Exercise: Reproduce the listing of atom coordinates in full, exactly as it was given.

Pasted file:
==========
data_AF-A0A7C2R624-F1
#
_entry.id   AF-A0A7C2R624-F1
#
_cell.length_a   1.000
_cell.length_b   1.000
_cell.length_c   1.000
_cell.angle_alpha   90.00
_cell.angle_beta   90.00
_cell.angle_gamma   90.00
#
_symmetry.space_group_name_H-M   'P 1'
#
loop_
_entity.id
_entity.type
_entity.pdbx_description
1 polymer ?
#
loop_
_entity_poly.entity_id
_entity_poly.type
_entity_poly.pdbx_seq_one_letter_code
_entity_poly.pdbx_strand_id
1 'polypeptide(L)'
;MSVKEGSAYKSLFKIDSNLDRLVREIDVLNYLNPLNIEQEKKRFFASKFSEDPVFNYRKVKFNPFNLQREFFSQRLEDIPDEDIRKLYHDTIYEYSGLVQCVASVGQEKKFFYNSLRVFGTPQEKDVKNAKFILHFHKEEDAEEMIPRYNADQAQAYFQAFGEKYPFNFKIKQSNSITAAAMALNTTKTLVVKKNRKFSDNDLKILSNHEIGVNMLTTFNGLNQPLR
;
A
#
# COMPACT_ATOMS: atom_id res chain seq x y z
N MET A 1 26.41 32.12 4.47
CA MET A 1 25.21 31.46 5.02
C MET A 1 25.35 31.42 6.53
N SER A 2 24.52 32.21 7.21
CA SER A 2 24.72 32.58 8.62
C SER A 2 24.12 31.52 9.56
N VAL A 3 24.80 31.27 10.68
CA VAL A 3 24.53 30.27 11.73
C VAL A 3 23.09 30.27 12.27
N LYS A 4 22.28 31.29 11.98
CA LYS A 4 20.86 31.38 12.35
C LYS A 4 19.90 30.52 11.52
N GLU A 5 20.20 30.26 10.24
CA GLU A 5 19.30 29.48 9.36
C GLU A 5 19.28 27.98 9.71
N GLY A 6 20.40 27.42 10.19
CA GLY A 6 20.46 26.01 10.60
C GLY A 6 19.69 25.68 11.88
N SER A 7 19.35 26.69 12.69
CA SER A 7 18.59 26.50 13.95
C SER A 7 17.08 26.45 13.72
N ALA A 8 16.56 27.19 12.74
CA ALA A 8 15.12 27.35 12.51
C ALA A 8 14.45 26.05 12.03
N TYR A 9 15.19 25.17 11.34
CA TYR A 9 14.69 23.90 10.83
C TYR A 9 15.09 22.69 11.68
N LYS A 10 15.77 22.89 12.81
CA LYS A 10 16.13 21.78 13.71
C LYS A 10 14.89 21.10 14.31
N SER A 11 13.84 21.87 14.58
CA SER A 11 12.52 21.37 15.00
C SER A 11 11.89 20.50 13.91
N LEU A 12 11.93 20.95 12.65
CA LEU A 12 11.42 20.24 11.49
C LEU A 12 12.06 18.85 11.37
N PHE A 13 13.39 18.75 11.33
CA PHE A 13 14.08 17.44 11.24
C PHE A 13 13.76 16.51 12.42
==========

data_AF-A0A7C2R624-F1
#
_entry.id   AF-A0A7C2R624-F1
#
_cell.length_a   1.000
_cell.length_b   1.000
_cell.length_c   1.000
_cell.angle_alpha   90.00
_cell.angle_beta   90.00
_cell.angle_gamma   90.00
#
_symmetry.space_group_name_H-M   'P 1'
#
loop_
_entity.id
_entity.type
_entity.pdbx_description
1 polymer ?
#
loop_
_entity_poly.entity_id
_entity_poly.type
_entity_poly.pdbx_seq_one_letter_code
_entity_poly.pdbx_strand_id
1 'polypeptide(L)'
;MSVKEGSAYKSLFKIDSNLDRLVREIDVLNYLNPLNIEQEKKRFFASKFSEDPVFNYRKVKFNPFNLQREFFSQRLEDIPDEDIRKLYHDTIYEYSGLVQCVASVGQEKKFFYNSLRVFGTPQEKDVKNAKFILHFHKEEDAEEMIPRYNADQAQAYFQAFGEKYPFNFKIKQSNSITAAAMALNTTKTLVVKKNRKFSDNDLKILSNHEIGVNMLTTFNGLNQPLR
;
A
#
# COMPACT_ATOMS: atom_id res chain seq x y z
N MET A 1 26.41 32.12 4.47
CA MET A 1 25.21 31.46 5.02
C MET A 1 25.35 31.42 6.53
N SER A 2 24.52 32.21 7.21
CA SER A 2 24.72 32.58 8.62
C SER A 2 24.12 31.52 9.56
N VAL A 3 24.80 31.27 10.68
CA VAL A 3 24.53 30.27 11.73
C VAL A 3 23.09 30.27 12.27
N LYS A 4 22.28 31.29 11.98
CA LYS A 4 20.86 31.38 12.35
C LYS A 4 19.90 30.52 11.52
N GLU A 5 20.20 30.26 10.24
CA GLU A 5 19.30 29.48 9.36
C GLU A 5 19.28 27.98 9.71
N GLY A 6 20.40 27.42 10.19
CA GLY A 6 20.46 26.01 10.60
C GLY A 6 19.69 25.68 11.88
N SER A 7 19.35 26.69 12.69
CA SER A 7 18.59 26.50 13.95
C SER A 7 17.08 26.45 13.72
N ALA A 8 16.56 27.19 12.74
CA ALA A 8 15.12 27.35 12.51
C ALA A 8 14.45 26.05 12.03
N TYR A 9 15.19 25.17 11.34
CA TYR A 9 14.69 23.90 10.83
C TYR A 9 15.09 22.69 11.68
N LYS A 10 15.77 22.89 12.81
CA LYS A 10 16.13 21.78 13.71
C LYS A 10 14.89 21.10 14.31
N SER A 11 13.84 21.87 14.58
CA SER A 11 12.52 21.37 15.00
C SER A 11 11.89 20.50 13.91
N LEU A 12 11.93 20.95 12.65
CA LEU A 12 11.42 20.24 11.49
C LEU A 12 12.06 18.85 11.37
N PHE A 13 13.39 18.75 11.33
CA PHE A 13 14.08 17.44 11.24
C PHE A 13 13.76 16.51 12.42